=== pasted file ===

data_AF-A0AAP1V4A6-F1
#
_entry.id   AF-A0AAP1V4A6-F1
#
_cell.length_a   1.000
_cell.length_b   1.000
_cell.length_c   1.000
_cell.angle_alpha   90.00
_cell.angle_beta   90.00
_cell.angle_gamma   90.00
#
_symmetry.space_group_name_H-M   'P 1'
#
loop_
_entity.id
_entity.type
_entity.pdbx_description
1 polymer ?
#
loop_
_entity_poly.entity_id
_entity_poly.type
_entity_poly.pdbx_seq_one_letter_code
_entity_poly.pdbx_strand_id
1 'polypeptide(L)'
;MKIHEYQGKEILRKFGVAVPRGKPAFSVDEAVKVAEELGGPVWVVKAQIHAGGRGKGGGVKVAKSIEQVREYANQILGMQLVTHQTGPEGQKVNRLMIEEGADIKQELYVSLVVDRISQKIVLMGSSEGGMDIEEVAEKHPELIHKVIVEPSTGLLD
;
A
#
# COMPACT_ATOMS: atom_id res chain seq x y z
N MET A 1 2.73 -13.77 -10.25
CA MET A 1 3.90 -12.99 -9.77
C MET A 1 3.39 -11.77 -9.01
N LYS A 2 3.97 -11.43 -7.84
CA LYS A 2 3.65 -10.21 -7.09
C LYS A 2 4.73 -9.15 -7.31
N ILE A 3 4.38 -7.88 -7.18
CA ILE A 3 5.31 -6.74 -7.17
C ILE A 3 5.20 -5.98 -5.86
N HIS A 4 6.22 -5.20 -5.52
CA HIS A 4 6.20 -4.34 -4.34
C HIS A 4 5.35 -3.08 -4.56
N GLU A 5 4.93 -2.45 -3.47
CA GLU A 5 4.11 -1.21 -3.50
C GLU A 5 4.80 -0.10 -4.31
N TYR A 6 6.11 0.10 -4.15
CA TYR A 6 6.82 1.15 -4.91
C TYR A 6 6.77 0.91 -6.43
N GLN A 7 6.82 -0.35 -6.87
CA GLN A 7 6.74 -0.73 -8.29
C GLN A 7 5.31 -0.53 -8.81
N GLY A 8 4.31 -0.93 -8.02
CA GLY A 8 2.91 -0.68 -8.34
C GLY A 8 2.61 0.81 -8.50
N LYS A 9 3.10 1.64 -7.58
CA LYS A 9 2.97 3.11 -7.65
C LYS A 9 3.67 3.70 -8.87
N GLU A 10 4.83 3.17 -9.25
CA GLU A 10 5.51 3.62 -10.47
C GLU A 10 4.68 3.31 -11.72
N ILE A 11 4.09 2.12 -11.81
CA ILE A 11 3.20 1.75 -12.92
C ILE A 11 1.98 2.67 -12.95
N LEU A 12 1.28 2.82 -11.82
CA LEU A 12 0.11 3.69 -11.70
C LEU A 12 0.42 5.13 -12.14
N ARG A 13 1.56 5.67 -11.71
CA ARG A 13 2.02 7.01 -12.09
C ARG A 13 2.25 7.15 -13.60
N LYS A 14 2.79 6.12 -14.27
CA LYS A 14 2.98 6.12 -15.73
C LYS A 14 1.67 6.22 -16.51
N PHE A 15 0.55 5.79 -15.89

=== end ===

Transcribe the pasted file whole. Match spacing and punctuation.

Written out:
data_AF-A0AAP1V4A6-F1
#
_entry.id   AF-A0AAP1V4A6-F1
#
_cell.length_a   1.000
_cell.length_b   1.000
_cell.length_c   1.000
_cell.angle_alpha   90.00
_cell.angle_beta   90.00
_cell.angle_gamma   90.00
#
_symmetry.space_group_name_H-M   'P 1'
#
loop_
_entity.id
_entity.type
_entity.pdbx_description
1 polymer ?
#
loop_
_entity_poly.entity_id
_entity_poly.type
_entity_poly.pdbx_seq_one_letter_code
_entity_poly.pdbx_strand_id
1 'polypeptide(L)'
;MKIHEYQGKEILRKFGVAVPRGKPAFSVDEAVKVAEELGGPVWVVKAQIHAGGRGKGGGVKVAKSIEQVREYANQILGMQLVTHQTGPEGQKVNRLMIEEGADIKQELYVSLVVDRISQKIVLMGSSEGGMDIEEVAEKHPELIHKVIVEPSTGLLD
;
A
#
# COMPACT_ATOMS: atom_id res chain seq x y z
N MET A 1 2.73 -13.77 -10.25
CA MET A 1 3.90 -12.99 -9.77
C MET A 1 3.39 -11.77 -9.01
N LYS A 2 3.97 -11.43 -7.84
CA LYS A 2 3.65 -10.21 -7.09
C LYS A 2 4.73 -9.15 -7.31
N ILE A 3 4.38 -7.88 -7.18
CA ILE A 3 5.31 -6.74 -7.17
C ILE A 3 5.20 -5.98 -5.86
N HIS A 4 6.22 -5.20 -5.52
CA HIS A 4 6.20 -4.34 -4.34
C HIS A 4 5.35 -3.08 -4.56
N GLU A 5 4.93 -2.45 -3.47
CA GLU A 5 4.11 -1.21 -3.50
C GLU A 5 4.80 -0.10 -4.31
N TYR A 6 6.11 0.10 -4.15
CA TYR A 6 6.82 1.15 -4.91
C TYR A 6 6.77 0.91 -6.43
N GLN A 7 6.82 -0.35 -6.87
CA GLN A 7 6.74 -0.73 -8.29
C GLN A 7 5.31 -0.53 -8.81
N GLY A 8 4.31 -0.93 -8.02
CA GLY A 8 2.91 -0.68 -8.34
C GLY A 8 2.61 0.81 -8.50
N LYS A 9 3.10 1.64 -7.58
CA LYS A 9 2.97 3.11 -7.65
C LYS A 9 3.67 3.70 -8.87
N GLU A 10 4.83 3.17 -9.25
CA GLU A 10 5.51 3.62 -10.47
C GLU A 10 4.68 3.31 -11.72
N ILE A 11 4.09 2.12 -11.81
CA ILE A 11 3.20 1.75 -12.92
C ILE A 11 1.98 2.67 -12.95
N LEU A 12 1.28 2.82 -11.82
CA LEU A 12 0.11 3.69 -11.70
C LEU A 12 0.42 5.13 -12.14
N ARG A 13 1.56 5.67 -11.71
CA ARG A 13 2.02 7.01 -12.09
C ARG A 13 2.25 7.15 -13.60
N LYS A 14 2.79 6.12 -14.27
CA LYS A 14 2.98 6.12 -15.73
C LYS A 14 1.67 6.22 -16.51
N PHE A 15 0.55 5.79 -15.89